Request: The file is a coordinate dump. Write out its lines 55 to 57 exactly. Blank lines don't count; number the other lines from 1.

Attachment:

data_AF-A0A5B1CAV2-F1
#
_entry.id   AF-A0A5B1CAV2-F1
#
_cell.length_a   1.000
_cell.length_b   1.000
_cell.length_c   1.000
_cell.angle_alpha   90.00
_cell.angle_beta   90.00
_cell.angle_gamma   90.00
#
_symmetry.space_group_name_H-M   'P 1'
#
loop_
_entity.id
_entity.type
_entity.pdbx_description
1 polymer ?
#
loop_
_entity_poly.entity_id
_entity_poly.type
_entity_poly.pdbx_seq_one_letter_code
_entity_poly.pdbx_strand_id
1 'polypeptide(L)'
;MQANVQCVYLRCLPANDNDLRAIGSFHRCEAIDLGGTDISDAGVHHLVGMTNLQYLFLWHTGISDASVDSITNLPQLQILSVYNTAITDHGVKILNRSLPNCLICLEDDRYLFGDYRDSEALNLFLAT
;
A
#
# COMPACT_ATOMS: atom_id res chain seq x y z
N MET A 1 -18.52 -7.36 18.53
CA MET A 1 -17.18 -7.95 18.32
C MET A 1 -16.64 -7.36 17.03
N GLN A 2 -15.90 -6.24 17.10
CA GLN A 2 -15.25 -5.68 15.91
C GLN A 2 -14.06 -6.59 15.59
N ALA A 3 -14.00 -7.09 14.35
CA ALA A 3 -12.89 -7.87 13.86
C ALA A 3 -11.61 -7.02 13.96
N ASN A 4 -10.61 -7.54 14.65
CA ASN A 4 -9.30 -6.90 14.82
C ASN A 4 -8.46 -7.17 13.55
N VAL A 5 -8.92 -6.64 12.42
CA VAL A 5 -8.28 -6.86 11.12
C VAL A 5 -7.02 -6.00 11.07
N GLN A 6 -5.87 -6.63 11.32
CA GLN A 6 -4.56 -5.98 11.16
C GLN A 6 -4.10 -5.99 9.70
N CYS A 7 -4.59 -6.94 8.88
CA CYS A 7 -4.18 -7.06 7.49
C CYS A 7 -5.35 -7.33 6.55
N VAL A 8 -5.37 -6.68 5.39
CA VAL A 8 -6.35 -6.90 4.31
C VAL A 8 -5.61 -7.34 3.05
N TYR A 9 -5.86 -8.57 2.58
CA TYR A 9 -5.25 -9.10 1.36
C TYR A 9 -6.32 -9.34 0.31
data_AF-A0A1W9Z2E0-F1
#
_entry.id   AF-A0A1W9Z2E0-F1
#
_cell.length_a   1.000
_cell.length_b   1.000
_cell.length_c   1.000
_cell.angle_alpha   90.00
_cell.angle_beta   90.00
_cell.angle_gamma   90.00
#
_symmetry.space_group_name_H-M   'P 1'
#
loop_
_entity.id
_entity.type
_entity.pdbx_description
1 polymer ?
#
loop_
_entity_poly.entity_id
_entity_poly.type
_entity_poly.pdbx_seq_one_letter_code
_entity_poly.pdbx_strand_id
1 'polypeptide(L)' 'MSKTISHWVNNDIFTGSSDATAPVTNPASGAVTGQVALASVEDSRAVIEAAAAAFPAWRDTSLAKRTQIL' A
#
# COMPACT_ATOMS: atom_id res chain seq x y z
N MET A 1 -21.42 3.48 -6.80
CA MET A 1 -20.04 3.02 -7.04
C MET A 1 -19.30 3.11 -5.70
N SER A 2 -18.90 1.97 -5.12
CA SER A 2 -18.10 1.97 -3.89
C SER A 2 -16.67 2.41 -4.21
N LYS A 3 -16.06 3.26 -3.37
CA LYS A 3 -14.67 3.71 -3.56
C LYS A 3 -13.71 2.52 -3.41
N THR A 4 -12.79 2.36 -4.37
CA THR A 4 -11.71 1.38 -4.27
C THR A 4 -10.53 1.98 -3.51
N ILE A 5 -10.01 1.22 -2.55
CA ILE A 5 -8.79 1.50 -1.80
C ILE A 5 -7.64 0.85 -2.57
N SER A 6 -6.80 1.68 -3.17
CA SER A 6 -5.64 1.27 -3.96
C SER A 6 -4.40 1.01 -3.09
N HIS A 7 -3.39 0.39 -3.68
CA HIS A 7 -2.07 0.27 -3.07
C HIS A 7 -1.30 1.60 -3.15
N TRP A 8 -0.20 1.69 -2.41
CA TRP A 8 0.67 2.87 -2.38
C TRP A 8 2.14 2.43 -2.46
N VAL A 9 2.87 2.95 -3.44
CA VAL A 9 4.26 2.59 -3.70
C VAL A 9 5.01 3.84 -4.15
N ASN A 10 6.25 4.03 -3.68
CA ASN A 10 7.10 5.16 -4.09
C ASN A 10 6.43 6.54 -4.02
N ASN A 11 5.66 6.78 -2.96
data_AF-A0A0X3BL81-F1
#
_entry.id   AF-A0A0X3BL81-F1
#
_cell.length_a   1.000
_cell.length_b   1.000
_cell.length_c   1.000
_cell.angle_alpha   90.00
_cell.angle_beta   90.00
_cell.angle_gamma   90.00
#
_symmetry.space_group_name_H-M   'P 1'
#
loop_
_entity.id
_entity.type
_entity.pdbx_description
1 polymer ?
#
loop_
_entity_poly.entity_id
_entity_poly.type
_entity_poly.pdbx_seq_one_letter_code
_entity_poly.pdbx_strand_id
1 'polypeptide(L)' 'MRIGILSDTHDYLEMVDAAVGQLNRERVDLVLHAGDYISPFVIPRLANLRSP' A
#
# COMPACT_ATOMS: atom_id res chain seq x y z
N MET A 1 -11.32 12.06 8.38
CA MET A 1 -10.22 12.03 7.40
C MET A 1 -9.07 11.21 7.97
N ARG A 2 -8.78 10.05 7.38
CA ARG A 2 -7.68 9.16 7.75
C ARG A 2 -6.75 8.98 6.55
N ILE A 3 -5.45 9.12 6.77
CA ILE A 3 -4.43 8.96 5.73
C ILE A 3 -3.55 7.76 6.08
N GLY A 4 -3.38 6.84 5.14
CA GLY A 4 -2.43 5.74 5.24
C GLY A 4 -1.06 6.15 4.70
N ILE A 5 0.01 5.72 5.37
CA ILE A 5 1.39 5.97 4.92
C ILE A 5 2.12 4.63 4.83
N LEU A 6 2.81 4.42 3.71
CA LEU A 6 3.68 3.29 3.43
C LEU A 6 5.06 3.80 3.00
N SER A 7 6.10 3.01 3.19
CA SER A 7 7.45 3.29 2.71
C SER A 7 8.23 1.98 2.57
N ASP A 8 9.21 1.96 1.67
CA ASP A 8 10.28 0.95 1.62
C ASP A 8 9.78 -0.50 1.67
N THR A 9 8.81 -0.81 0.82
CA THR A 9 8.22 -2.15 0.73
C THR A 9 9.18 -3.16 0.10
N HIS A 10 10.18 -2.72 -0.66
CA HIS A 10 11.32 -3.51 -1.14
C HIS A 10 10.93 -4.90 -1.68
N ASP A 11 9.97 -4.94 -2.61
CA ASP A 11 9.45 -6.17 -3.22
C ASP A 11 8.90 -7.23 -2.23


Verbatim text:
N TYR A 9 -5.86 -8.57 2.58
CA TYR A 9 -5.25 -9.10 1.36
C TYR A 9 -6.32 -9.34 0.31